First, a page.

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Old Oct 12, 2003, 5:27 AM   #1
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Default Suggestions for a digital camera for astrophotography

Can anyone give me some suggestions as to which camera works well for astrophotography? I am in the process of trying to choose one to purchase. I currenly have a 5.1" Newtonian and a 80mm refractor and want to take pictures of the moon/sun/planets plus dark sky objects (nebulas, clusters, etc).

I was looking at possibly either a CP4500, CP5700 or the new Canon Rebel 300D. Any suggestions (for these or others)? I'm looking for something half decent (but not outragiously expensive (under $1000) that will take great "daytime" pictures as well as "nighttime" pictures.

And, from what I've read so far, for digital cameras, short exposures with stacking are best?

Thanks.
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Old Oct 13, 2003, 7:23 AM   #2
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Hi,

Of the cameras you mentioned, the 300D is the better overall performer for long exposures.

Because of the CCD or CMOS production of "dark current" (heat increasing noise production with exposure time) digital sensors require super cooling (CCD Cameras for Celestial use) for serious celestial use. But for photographing the moon, planets and objects which are available without seriously long exposures, digital can be useful.

There are two issues here which one must consider. First, the issue of "power." To really use a digital camera with a telescope effectively for deep space, it's necessary to shoot afocal. This means that the eyepiece of the telescope as well as the objective lens must be used and the camera must "see" through the eyepiece in much the same manner as your eye.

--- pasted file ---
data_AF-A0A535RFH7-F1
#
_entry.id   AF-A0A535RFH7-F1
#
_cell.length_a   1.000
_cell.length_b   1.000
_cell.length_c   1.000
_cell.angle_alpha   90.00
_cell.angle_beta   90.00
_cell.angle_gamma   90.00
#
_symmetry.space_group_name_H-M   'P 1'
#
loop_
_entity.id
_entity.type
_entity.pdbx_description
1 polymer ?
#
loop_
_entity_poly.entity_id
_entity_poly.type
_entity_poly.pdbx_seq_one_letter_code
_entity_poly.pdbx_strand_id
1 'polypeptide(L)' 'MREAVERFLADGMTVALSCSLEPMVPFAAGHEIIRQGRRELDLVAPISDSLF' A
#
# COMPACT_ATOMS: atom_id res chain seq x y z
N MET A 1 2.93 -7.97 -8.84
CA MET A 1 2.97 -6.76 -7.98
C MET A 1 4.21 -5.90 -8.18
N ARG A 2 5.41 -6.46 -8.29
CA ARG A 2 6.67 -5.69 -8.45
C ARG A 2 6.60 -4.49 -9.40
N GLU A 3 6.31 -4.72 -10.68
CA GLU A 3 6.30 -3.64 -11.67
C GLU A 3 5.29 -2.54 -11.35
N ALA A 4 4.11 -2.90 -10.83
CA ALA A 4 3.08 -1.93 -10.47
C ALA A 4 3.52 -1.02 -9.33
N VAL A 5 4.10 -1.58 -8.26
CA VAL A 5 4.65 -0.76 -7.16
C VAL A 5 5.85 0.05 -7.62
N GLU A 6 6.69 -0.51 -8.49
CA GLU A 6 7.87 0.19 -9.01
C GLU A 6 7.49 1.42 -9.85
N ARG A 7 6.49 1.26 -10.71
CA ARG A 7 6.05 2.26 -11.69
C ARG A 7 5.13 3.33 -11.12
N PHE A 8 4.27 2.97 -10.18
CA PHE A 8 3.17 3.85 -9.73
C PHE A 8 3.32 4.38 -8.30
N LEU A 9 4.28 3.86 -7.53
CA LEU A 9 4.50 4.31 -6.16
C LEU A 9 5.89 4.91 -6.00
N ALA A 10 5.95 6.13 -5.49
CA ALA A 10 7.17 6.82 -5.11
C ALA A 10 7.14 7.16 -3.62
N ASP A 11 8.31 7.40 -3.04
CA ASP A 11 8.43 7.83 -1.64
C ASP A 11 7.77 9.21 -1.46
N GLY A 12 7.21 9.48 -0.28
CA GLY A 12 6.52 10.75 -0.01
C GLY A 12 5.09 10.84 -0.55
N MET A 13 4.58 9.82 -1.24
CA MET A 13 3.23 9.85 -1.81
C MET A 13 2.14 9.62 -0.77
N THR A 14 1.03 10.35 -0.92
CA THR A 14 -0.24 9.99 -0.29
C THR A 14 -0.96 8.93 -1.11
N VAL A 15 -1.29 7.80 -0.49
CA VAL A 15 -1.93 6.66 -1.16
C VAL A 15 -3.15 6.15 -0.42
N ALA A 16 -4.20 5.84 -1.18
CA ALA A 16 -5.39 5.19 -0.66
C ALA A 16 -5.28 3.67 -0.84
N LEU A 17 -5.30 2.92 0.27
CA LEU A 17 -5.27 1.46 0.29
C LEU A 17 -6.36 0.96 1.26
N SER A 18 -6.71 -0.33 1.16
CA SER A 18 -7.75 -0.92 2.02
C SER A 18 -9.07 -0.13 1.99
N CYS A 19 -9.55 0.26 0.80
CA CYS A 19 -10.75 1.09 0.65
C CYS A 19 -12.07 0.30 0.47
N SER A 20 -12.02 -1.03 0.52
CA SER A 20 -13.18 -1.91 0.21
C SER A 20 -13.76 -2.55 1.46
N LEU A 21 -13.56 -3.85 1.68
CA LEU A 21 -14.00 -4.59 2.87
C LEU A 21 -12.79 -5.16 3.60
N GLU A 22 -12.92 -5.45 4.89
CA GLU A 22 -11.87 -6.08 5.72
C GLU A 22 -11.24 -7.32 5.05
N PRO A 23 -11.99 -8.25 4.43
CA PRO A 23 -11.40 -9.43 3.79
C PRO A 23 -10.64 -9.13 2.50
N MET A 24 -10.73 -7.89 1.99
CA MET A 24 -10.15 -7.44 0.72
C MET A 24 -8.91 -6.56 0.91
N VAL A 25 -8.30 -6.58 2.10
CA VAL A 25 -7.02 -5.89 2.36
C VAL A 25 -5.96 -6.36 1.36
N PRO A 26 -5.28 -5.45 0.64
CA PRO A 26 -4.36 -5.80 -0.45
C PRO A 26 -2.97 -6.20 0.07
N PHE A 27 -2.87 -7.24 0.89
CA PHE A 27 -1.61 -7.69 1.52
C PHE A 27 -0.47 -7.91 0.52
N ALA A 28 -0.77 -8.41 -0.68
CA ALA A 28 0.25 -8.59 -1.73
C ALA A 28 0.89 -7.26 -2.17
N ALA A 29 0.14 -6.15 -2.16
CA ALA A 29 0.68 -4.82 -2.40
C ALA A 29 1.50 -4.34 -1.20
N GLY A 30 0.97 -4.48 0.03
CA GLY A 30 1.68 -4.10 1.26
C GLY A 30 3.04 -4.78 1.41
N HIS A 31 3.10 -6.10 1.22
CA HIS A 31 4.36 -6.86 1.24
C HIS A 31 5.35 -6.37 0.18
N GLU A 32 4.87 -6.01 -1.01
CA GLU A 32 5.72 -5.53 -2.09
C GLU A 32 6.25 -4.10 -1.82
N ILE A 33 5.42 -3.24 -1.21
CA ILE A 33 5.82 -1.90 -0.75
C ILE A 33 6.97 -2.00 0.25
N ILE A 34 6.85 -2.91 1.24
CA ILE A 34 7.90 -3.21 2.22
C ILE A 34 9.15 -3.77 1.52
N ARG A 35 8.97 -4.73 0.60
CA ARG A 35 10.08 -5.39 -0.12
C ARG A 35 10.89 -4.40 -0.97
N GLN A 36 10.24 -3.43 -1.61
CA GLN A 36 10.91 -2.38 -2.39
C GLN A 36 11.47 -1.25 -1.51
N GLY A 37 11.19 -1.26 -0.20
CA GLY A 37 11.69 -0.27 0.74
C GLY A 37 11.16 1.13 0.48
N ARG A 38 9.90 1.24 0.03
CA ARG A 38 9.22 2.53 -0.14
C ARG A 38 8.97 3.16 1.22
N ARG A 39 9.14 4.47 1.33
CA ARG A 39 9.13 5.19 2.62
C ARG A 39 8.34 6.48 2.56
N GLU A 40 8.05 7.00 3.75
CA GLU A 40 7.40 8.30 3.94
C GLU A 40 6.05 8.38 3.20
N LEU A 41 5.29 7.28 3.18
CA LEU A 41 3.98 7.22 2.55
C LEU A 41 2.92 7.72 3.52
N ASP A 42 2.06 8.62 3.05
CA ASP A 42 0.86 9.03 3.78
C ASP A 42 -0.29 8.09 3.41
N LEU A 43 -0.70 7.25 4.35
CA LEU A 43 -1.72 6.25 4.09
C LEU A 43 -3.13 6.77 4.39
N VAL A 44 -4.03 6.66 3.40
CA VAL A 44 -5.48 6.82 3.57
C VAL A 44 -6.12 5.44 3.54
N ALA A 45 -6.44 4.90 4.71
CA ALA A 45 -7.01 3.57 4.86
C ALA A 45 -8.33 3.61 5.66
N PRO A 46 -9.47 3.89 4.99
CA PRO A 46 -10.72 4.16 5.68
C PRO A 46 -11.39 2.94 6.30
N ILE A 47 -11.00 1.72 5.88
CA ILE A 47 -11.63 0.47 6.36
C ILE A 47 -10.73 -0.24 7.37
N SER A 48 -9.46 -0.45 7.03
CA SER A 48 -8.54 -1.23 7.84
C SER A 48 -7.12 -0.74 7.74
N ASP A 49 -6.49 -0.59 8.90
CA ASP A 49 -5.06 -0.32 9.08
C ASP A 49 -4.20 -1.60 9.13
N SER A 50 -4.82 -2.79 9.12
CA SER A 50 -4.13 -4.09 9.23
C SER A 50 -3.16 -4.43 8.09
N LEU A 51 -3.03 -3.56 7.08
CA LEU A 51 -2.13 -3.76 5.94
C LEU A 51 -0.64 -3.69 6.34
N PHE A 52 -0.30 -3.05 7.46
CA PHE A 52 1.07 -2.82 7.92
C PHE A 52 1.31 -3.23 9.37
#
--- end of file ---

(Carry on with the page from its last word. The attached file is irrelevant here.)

Secondary is the issue of noise and exposure times. Considering these two issues we have technology which is a bit at odds with one another. The smaller lenses like those with the Nikon CP4500, etc., allow the camera to easily use a Celestial eyepiece in an afocal manner and avail themselves of the tremendous light gathering power of the Celestial scope. But the very principles which work in favor of this (small lens) work against the issues of noise, ISO capability and lens speed. On the other hand, the dSLR (removable lens SLR's) like the 300D have great high ISO capabilities and excellent (by digital standards) long exposure capabilities, but don't work well in an afocal manner because of the large lens configurations.

With sophisticated telescopes (read expensive) which have access for 35mm film cameras which avail themselves of afocal capabilities, the 300D will undoubtedly do better. But for the majority of telescopes which have only a fixed focal length port (Meade ETX-90, etc.) you would probably do better with something like the CP4500 and depend on "stacking" technology for improved image quality.

Best regards,

Lin
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Old Oct 13, 2003, 2:09 PM   #3
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Thanks for the info Lin.

You mention that the best method is afocal. What about using eyepiece projection for a DSLR? I currently am trying it with my film SLR, but haven't tried it on deep sky objects yet (only the moon) and I have to wait until I finish the roll before seeing how it is. How would this (eyepiece projection with the adapter and an eyepiece) with a DSLR compare to afocal with something like the CP4500?

Thanks,

Andrew
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Old Oct 13, 2003, 3:03 PM   #4
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eyepiece projection should work well for a dslr but afocal is about the only way with the prosumer cameras.

dennis
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Old Oct 13, 2003, 7:44 PM   #5
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Thanks Dennis,

By prosumer cameras, are you refering to something like the CP4500 - not something like the Canon Rebel 300D (DSLR)?

Thanks,

Andrew
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Old Oct 14, 2003, 4:08 PM   #6
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Andrew, yes, i was speaking of all the nicer non dslr cameras.

dennis
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